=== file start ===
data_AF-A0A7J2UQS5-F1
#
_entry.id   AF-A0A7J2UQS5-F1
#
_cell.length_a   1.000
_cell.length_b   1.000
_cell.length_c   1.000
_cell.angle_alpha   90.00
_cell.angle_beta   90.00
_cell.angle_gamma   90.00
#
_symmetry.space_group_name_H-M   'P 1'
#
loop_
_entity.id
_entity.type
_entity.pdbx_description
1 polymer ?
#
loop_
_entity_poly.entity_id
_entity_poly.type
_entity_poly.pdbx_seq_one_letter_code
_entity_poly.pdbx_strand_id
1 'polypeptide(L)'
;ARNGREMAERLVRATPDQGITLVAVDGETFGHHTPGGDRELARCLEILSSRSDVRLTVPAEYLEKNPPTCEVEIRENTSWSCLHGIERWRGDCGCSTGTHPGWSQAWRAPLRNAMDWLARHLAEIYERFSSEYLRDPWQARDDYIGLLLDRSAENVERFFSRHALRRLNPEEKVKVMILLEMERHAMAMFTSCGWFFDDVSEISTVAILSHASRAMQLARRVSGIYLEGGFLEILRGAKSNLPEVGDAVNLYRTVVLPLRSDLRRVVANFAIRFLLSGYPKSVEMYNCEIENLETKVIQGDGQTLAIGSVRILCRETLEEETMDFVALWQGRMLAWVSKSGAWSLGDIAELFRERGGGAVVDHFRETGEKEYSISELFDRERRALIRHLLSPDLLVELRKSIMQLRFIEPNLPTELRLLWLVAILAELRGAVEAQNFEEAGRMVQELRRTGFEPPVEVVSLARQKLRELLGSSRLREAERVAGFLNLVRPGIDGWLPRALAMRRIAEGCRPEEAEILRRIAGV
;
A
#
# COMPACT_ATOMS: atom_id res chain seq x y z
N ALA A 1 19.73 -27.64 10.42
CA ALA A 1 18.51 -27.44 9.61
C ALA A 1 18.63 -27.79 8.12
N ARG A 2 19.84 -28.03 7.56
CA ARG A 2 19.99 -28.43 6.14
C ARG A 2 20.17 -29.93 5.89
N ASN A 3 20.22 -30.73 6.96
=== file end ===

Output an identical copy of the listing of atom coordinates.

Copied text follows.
data_AF-A0A7J2UQS5-F1
#
_entry.id   AF-A0A7J2UQS5-F1
#
_cell.length_a   1.000
_cell.length_b   1.000
_cell.length_c   1.000
_cell.angle_alpha   90.00
_cell.angle_beta   90.00
_cell.angle_gamma   90.00
#
_symmetry.space_group_name_H-M   'P 1'
#
loop_
_entity.id
_entity.type
_entity.pdbx_description
1 polymer ?
#
loop_
_entity_poly.entity_id
_entity_poly.type
_entity_poly.pdbx_seq_one_letter_code
_entity_poly.pdbx_strand_id
1 'polypeptide(L)'
;ARNGREMAERLVRATPDQGITLVAVDGETFGHHTPGGDRELARCLEILSSRSDVRLTVPAEYLEKNPPTCEVEIRENTSWSCLHGIERWRGDCGCSTGTHPGWSQAWRAPLRNAMDWLARHLAEIYERFSSEYLRDPWQARDDYIGLLLDRSAENVERFFSRHALRRLNPEEKVKVMILLEMERHAMAMFTSCGWFFDDVSEISTVAILSHASRAMQLARRVSGIYLEGGFLEILRGAKSNLPEVGDAVNLYRTVVLPLRSDLRRVVANFAIRFLLSGYPKSVEMYNCEIENLETKVIQGDGQTLAIGSVRILCRETLEEETMDFVALWQGRMLAWVSKSGAWSLGDIAELFRERGGGAVVDHFRETGEKEYSISELFDRERRALIRHLLSPDLLVELRKSIMQLRFIEPNLPTELRLLWLVAILAELRGAVEAQNFEEAGRMVQELRRTGFEPPVEVVSLARQKLRELLGSSRLREAERVAGFLNLVRPGIDGWLPRALAMRRIAEGCRPEEAEILRRIAGV
;
A
#
# COMPACT_ATOMS: atom_id res chain seq x y z
N ALA A 1 19.73 -27.64 10.42
CA ALA A 1 18.51 -27.44 9.61
C ALA A 1 18.63 -27.79 8.12
N ARG A 2 19.84 -28.03 7.56
CA ARG A 2 19.99 -28.43 6.14
C ARG A 2 20.17 -29.93 5.89
N ASN A 3 20.22 -30.73 6.96